The World Health Organization (“WHO”) has declared today, September 17, to be “World Patient Safety Day.” The WHO’s slogan is “Safe health workers, Safe patients.” Clearly, the idea is: safer health workers results in safer patients. Pascal Metrics affirms this truth.

The WHO accompanying “Policy Brief” reminds us that, “Poor well-being and occupational burnout among health workers is associated with poor patient safety outcomes such as medical errors.”1. Further, the Policy Brief clarifies that the stakes are high: “Medical professions are also at higher risk of suicide in all parts of the world.”2. Indeed, healthcare workers consistently see patient harm but often feel powerless to fix these events being overwhelmed and ill-equipped — now exacerbated by COVID-19.

Medical errors and patient harm cause psychological and even physical harm to the caregivers who care for us and our families. The natural question is: why do we expect healthcare workers to find and manually report errors and harm when (i) the evidence shows that this only results in 5% of patient harm being identified and (ii) our healthcare workers were overwhelmed even before the worldwide pandemic?

Policies, committees, educational campaigns, and checklists are needed. But patient harm will remain pervasive — continuing to cause emotional exhaustion and harm to our healthcare workers — until the field moves beyond the “See something, Say something” approach to identifying and reducing safety problems…proactively, consistently, and without the human bias inherent in the event reporting method.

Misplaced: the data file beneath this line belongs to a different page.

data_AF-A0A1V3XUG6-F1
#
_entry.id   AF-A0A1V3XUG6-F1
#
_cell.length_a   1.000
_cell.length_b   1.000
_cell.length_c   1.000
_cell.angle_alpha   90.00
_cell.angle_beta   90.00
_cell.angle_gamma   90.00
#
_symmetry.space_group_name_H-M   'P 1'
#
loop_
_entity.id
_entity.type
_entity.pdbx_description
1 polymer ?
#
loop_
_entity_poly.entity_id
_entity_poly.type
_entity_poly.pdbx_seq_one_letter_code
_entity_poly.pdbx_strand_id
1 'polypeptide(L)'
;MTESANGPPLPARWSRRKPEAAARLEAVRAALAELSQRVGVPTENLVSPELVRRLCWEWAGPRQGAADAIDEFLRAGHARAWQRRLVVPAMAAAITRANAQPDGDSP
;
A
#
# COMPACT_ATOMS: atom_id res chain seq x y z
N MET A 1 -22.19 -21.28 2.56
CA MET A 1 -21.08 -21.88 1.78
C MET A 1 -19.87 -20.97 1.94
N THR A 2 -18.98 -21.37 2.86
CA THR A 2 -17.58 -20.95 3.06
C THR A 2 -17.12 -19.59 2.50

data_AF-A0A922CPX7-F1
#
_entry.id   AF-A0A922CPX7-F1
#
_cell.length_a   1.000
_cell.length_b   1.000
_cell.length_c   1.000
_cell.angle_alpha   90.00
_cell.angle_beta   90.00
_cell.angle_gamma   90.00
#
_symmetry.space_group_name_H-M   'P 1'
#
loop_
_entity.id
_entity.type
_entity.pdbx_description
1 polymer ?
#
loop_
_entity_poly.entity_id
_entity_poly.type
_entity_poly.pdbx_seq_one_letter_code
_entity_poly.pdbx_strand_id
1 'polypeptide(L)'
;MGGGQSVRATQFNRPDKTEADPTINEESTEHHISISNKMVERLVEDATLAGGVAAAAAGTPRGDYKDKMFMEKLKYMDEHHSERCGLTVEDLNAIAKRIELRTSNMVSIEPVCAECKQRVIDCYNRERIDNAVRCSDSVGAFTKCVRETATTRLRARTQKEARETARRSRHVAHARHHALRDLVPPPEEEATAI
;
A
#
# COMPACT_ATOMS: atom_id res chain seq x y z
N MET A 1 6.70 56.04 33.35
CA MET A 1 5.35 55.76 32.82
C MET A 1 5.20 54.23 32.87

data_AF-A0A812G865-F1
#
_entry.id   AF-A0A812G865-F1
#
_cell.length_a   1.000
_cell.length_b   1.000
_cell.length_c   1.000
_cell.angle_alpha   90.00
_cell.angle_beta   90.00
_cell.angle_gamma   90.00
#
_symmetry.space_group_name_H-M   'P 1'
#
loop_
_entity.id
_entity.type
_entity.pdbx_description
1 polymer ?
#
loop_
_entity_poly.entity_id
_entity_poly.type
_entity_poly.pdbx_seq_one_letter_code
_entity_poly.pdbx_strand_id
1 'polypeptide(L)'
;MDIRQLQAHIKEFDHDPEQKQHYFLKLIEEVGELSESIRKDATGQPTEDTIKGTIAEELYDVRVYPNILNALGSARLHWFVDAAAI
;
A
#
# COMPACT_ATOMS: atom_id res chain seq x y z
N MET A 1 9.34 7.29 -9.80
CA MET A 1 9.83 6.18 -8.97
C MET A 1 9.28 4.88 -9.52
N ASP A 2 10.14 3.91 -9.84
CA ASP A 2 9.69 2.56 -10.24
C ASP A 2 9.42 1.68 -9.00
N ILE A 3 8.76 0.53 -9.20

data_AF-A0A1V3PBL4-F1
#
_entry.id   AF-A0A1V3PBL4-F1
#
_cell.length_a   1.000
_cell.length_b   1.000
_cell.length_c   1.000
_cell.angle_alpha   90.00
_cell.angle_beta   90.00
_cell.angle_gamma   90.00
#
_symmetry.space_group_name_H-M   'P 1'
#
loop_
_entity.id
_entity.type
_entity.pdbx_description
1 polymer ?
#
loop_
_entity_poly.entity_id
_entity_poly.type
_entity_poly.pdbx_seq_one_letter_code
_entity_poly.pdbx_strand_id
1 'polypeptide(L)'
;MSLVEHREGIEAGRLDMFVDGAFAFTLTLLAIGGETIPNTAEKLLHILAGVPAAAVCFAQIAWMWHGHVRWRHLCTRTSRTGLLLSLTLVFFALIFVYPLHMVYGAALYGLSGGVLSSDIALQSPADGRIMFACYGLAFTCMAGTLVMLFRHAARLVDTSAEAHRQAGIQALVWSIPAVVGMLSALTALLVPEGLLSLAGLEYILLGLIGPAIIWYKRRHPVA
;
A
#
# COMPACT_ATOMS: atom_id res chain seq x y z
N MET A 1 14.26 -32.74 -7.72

Happily, the WHO, beyond recommending the use of “incident reporting”3 also recommends in Building Block #10 to “Utilize appropriate information systems to assist in the collection, tracking, analysing, reporting and acting upon data to promote health and safety of the health-care workplace and health workforce.”4 [Emphasis added] Unfortunately, too much activity in global patient safety today is neither actionable nor driven by accurate, timely patient-specific safety data.

Indeed, information without the foundation and application of science and medicine in daily patient safety operations is powerless to drive valid change. What is needed states Pascal’s Chief Medical Officer, Dr. David Stockwell, is the practical use of both epidemiology (i.e. “What harm is happening?”) and etiology (i.e. “Why is this happening?”). Without using accurate, timely, and validated adverse event outcomes data to drive an understanding in daily operations of what harm is happening everywhere across all patients, understanding why harm is happening will remain elusive — as will its measurable and material reduction.

Health workers and patients worldwide will be safer in 2021 if healthcare leaders everywhere demanded in 2020 that their organizations measure & manage all-cause harm all the time for all patients in order to know what really is going wrong and why. Only then can we do something about it to keep both patients and their caregivers healthy worldwide.


Footnotes
  1. Policy Brief, page 5.
  2. Ibid.
  3. Ibid, page 8.
  4. Ibid.

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